Born: June 25, 1929; Died: June 17, 2012.
John Armour, who has died aged 82, was a Glasgow-born education administrator who made his name in Africa and Canada.
As an altar boy he assisted at daily mass, and at the age of 16, decided to test his vocation for the priesthood. The subsequent five years in seminary contributed to his education and spiritual development, but not to an eventual call to the priesthood. He returned to Glasgow and qualified as a certified accountant in 1957 at the age of 28.
Mr Armour volunteered to serve the church as a layperson in Africa. In 1959 he was posted to Lesotho (at that time known as Basutoland). Serving in a small Catholic College for students banned from higher education in South Africa because of their colour, he also worked with the uneducated Basuto population. During his years in Lesotho he was a founding member of a university created to serve Lesotho, Botswana and Swaziland. In his last year in Lesotho he was active in preparing the local chiefs and functionaries for self-government.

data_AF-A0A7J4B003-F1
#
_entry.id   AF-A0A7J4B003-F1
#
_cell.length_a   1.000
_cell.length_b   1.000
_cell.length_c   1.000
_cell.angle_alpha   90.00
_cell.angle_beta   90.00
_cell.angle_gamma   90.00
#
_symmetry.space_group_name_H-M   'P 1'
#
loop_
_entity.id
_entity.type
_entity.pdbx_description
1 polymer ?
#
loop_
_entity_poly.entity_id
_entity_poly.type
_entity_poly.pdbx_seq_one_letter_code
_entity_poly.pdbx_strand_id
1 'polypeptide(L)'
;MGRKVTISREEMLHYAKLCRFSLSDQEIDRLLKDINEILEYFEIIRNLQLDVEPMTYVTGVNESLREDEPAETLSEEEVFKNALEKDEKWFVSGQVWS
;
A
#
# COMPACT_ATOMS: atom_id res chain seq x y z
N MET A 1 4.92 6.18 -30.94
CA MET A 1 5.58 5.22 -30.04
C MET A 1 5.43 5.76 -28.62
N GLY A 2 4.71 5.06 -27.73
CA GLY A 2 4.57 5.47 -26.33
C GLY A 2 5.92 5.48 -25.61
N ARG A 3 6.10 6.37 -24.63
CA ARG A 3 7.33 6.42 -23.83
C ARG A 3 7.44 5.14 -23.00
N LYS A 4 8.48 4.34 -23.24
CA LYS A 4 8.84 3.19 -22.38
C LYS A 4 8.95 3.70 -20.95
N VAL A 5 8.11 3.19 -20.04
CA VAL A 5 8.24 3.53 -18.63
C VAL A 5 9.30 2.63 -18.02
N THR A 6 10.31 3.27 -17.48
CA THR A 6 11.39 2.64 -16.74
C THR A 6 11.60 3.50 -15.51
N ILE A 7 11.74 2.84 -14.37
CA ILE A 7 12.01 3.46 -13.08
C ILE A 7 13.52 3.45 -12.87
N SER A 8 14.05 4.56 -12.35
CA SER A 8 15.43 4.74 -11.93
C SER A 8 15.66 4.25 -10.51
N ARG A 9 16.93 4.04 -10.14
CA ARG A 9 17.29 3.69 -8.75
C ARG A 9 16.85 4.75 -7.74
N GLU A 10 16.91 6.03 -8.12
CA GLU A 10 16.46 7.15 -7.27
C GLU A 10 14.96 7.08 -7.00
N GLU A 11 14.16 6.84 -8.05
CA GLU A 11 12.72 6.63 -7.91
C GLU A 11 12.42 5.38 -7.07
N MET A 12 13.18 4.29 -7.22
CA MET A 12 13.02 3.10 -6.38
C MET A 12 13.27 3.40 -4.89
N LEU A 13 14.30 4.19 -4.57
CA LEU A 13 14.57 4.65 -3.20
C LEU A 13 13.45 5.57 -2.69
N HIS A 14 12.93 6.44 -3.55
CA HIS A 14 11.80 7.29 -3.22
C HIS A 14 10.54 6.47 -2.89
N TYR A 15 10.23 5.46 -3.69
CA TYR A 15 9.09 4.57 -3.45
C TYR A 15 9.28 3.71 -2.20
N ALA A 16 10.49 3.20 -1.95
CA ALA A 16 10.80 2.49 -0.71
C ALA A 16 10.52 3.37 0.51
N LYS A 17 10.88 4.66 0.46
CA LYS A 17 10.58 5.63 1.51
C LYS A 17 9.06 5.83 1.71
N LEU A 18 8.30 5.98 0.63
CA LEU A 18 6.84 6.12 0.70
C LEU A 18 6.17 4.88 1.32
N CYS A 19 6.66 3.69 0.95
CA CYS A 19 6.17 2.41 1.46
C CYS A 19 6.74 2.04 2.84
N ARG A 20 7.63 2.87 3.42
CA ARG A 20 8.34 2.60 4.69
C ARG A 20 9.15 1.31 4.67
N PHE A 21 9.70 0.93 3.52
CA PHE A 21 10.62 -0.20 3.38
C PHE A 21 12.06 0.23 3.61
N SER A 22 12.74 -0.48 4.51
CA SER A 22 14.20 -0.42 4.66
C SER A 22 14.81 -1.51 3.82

He returned to Glasgow to marry Maureen in 1960, returning to Lesotho, where his children Mary, Joseph and Bernie were born. They left Lesotho in late 1966 and settled in Montreal, Canada. Mr Armour's first appointment was at McGill University as director of internal audit. He remained at McGill until his retirement in 1995; his final position was vice-principal of administration and finance. Mr Armour steered the university's finances through challenging times and succeeded in seeing its debt significantly lowered before he retired in 1995, when he received honorary membership for distinguished service from the Canadian Association of University Business Officers.
Beyond his work at McGill, he ministered for years to drug addicts at a rehabilitation centre, and to the dying in the Palliative Care Service of the Royal Victoria Hospital. He was also very active at St Luke's Parish in Dollard-des-Ormeaux, contributing to retreats and spiritual development programmes and serving as a eucharistic minister.
To his close and extended family, Mr Armour always had time to listen and brought a smile with his dry humour. He frequently returned to Glasgow to visit family and retained his enthusiasm for Celtic FC. He is survived by his wife and children, five grandchildren, and two sisters, Mary Houston and Margaret Hughes.
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